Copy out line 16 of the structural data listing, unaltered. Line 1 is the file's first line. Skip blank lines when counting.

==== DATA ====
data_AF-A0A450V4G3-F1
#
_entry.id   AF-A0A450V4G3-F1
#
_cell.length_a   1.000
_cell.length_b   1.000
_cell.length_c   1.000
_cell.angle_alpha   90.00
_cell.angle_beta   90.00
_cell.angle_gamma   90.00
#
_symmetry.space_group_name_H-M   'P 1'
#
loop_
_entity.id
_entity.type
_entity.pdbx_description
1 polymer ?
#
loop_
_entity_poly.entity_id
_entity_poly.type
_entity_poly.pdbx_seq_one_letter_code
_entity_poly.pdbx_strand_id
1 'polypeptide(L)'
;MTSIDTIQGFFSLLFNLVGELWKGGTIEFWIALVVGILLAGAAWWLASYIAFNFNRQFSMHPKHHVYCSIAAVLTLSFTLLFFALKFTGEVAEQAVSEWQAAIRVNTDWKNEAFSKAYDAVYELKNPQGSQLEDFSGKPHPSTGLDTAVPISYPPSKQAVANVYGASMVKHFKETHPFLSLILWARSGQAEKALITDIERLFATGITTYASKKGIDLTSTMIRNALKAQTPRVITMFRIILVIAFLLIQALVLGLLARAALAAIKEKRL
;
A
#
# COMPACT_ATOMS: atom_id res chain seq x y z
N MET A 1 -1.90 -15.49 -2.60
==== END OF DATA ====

_entity.type